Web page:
Week 1 Notes
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This 19 page Class Notes was uploaded by Lisa Thein on Thursday September 8, 2016. The Class Notes belongs to CSD 269 at Pennsylvania State University taught by Dr. Summer Chilton in Fall 2016. Since its upload, it has received 11 views.
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Date Created: 09/08/16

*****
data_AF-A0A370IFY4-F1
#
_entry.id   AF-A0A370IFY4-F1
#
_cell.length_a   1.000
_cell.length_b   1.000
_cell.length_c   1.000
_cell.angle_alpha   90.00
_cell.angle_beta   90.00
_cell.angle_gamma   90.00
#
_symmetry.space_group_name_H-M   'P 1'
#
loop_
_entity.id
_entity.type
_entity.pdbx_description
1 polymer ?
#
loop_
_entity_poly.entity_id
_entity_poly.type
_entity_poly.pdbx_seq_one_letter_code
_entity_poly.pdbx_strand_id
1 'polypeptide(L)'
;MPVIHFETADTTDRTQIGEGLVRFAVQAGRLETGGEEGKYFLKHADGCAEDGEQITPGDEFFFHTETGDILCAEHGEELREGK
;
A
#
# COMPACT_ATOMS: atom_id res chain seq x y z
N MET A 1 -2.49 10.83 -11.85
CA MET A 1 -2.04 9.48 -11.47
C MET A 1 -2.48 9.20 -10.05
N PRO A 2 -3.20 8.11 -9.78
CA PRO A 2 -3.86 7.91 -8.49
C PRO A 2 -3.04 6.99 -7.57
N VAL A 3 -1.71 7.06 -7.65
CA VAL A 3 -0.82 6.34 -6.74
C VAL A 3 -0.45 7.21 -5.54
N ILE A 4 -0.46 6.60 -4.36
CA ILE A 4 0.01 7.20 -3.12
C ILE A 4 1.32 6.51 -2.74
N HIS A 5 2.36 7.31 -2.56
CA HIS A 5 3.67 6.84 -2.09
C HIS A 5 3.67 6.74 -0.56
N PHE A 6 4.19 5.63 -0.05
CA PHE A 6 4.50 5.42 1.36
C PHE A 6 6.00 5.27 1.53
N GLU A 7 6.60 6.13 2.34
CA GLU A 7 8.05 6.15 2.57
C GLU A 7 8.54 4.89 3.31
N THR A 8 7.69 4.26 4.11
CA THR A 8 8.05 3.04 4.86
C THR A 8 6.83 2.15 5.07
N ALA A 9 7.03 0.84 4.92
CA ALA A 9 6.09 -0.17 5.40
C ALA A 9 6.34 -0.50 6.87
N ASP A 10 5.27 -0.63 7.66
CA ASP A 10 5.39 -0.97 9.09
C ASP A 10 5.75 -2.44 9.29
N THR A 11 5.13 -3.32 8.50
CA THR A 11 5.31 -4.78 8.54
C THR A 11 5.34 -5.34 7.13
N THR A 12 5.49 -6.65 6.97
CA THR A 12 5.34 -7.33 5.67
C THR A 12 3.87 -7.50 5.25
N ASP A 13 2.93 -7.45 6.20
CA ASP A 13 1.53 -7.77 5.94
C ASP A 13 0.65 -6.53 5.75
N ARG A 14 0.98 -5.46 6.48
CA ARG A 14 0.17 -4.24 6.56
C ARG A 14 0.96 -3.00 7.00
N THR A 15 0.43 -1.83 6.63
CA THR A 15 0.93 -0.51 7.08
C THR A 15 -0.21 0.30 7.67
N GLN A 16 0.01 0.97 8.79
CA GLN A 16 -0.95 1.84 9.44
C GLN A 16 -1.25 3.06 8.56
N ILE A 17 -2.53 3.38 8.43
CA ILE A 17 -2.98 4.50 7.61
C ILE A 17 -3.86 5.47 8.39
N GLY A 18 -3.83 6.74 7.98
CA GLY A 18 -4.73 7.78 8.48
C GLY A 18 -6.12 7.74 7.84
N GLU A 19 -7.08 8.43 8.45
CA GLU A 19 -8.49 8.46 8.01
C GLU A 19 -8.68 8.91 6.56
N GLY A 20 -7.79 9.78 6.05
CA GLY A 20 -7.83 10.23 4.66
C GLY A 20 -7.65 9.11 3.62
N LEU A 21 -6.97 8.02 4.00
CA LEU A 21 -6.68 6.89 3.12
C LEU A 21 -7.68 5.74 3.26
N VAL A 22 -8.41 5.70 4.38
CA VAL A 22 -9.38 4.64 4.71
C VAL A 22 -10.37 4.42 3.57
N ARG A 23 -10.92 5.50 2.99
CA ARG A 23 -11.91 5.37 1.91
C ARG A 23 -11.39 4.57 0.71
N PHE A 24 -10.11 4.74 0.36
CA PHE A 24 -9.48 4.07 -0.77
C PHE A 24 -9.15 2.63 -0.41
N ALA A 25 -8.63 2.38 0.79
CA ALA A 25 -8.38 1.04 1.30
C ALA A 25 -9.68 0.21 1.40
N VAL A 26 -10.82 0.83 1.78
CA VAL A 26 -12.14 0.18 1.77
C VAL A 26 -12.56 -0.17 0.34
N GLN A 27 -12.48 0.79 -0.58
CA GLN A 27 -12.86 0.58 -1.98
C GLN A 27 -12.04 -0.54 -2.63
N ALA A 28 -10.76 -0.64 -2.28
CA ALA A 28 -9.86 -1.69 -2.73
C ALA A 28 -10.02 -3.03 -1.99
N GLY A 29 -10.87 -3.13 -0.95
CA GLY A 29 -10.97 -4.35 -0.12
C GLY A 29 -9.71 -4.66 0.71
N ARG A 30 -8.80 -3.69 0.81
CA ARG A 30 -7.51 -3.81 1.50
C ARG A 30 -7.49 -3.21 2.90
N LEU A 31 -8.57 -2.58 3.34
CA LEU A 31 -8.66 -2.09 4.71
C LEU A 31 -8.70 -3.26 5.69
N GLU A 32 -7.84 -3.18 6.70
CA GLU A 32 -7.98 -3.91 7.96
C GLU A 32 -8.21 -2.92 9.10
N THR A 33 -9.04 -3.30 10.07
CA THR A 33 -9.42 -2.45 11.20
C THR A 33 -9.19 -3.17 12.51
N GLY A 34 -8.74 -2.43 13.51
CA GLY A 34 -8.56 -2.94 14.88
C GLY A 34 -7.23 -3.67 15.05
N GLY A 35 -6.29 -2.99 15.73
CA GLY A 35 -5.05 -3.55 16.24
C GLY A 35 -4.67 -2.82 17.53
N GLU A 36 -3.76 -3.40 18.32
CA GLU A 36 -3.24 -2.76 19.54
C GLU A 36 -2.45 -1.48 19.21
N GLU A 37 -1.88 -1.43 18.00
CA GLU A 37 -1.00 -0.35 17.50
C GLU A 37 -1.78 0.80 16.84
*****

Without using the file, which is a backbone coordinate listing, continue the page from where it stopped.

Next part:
Culture vs. Community Big D vs. Little d Deaf deaf Little “d” deaf big “D” Deaf Cultural model Medical/pathological model Deafness as a Audiologically deaf diﬀerence Technology focused Pro-ASL Community A group of people who share common goals and cooperate in achieving these goals Occupies a particular geographic location Has some degree of freedom to organize the social life and responsibilities of its members What communities do you belong to? Can you belong to more than one community? Explain. How do you decide what community to belong to? Can someone else decide what community you will be part of? Community continued… A Deaf community ◦ Group of people who live in a particular location ◦ Share common goals ◦ In various ways work toward achieving these goals A Deaf community may include persons who are not themselves Deaf, but actively support the goals of the community and work with Deaf people to achieve them. ◦ Who are the individuals that are not Deaf that are part of the Deaf community? Interpreters Family members Audiologists pports the Deaf culture/community Educators Culture A set of learned behaviors of a group of people who have their own ◦ Language ◦ Values ◦ Rules for behavior ◦ Traditions A person may be born into a culture A person may grow up in one culture and later learn the language, values, and practices of a diﬀerent culture. (From “The Deaf Community and the Culture of Deaf People,” Carol Padden) Deafness as a Cultural Identity Deafness is not seen as a disability ◦ Deaf people are a linguistic & cultural minority Emphasizes vision as a positive, eﬃcient alternative to hearing ◦ Focus is on visual communication Sign language is seen as equal to spoken language ◦ Communication for Deaf people can include, but should not be limited to speech In education, focus on subject matter rather than communication methodology ◦ Work to expand ALL communication skills Support socialization within the deaf community as well as the larger community Openly acknowledge Deafness Goal of professional involvement is to work WITH Deaf people Stages of Membership in Deaf Culture Not all members of the deaf culture move through all the stages Stage 1: Cultural hearing ◦ Deafness = medical pathology ◦ Medicine and technology are the answers to dealing with deafness ◦ To be hearing is better than to be deaf Deaf people should try to act as hearing as possible ◦ Hearing professionals are wise and informed ◦ Use of residual hearing, speech training, and mainstreaming will encourage deaf children to join hearing society, which is the ultimate goal Stages continued… Stage 2: Culturally Marginal ◦ Usually the ﬁrst identity developed by deaf children born into hearing families ◦ Don’t ﬁt in with either the deaf world or the hearing world ◦ Communication diﬃculties with both English and ASL ◦ Sense of isolation, often bitterness ◦ May use English-like signing, but usually actively disapprove of ASL ◦ Shifting loyalties between Deaf and hearing Stages continued… Stage 3: Immersion into the Deaf World ◦ Enthusiastic and uncritical acceptance of everything related to Deaf culture ◦ Idealization of the deaf world and disparagement of the hearing world ◦ Black-and-white thinking: Deaf can do no wrong, hearing can do no right ◦ Reversal of hearing values: ASL is superior to English Deaf should never use their voices Only Deaf professionals should run Deaf programs Simultaneous communication should never be used ◦ Generalized anger, especially towards hearing people Stages continued… Stage 4: Bicultural ◦ Clear cultural pride as a Deaf person Recognizing that both Deaf and hearing people have strengths and weaknesses ◦ Some level of comfort in both Deaf and Hearing situations ◦ Respect for both English and ASL as distinct languages of equal value ◦ Ability to oppose oppression while maintaining appropriate alliances with trustworthy hearing people ◦ Deep personal Deaf identity ◦ Appreciation and acceptance of diﬀerent visions of cultural Deafness Variables Aﬀecting Membership in Deaf Culture Age at onset of deafness ◦ ◦ ◦ ◦ What groups do you think are more likely to adopt Deaf culture? More Variables… Extent of the hearing loss ◦ ◦ ◦ Levels of hearing loss Profound= 90dB+ Severe= 71-90dB Moderate= 41-70 Mild= 25-40dB http://www.nzgirl.co.nz/images/articles/story/hearing_june07_chart.jpg Some people with mild to moderate hearing loss consider themselves Deaf. Some people who are profoundly deaf are culturally hearing. Some hearing loss is necessary for complete inclusion in Deaf Culture. More variables… Presence of other disabling conditions Parental inﬂuence ◦ ◦ ◦ ◦ Parent inﬂuence may prevent access to the Deaf community during childhood and adolescence ◦ Proximity to others who are Deaf ◦ Cultural and Racial Identity Development Pre-encounter ◦ Lack of knowledge about and denial of racial and cultural diﬀerences Encounter ◦ First exposure to deaf community ◦ Eﬀect is diﬀerent in early and late deafened people Immersion ◦ Characterized by anger, especially towards dominant groups in society ◦ Rejection of everything pertaining to majority society ◦ Embracing everything connected to the minority culture Internalization ◦ Bicultural ◦ Integrating cultural diﬀerence in an aﬃrmative way ◦ Intolerant of oppression ◦ Proud of heritage and community ◦ But able to recognize limitations of community and positive aspects of majority society (Helms, 1990, Glickman, 1997) Remember… Not all deaf people are Deaf & not all Deaf people are deaf.
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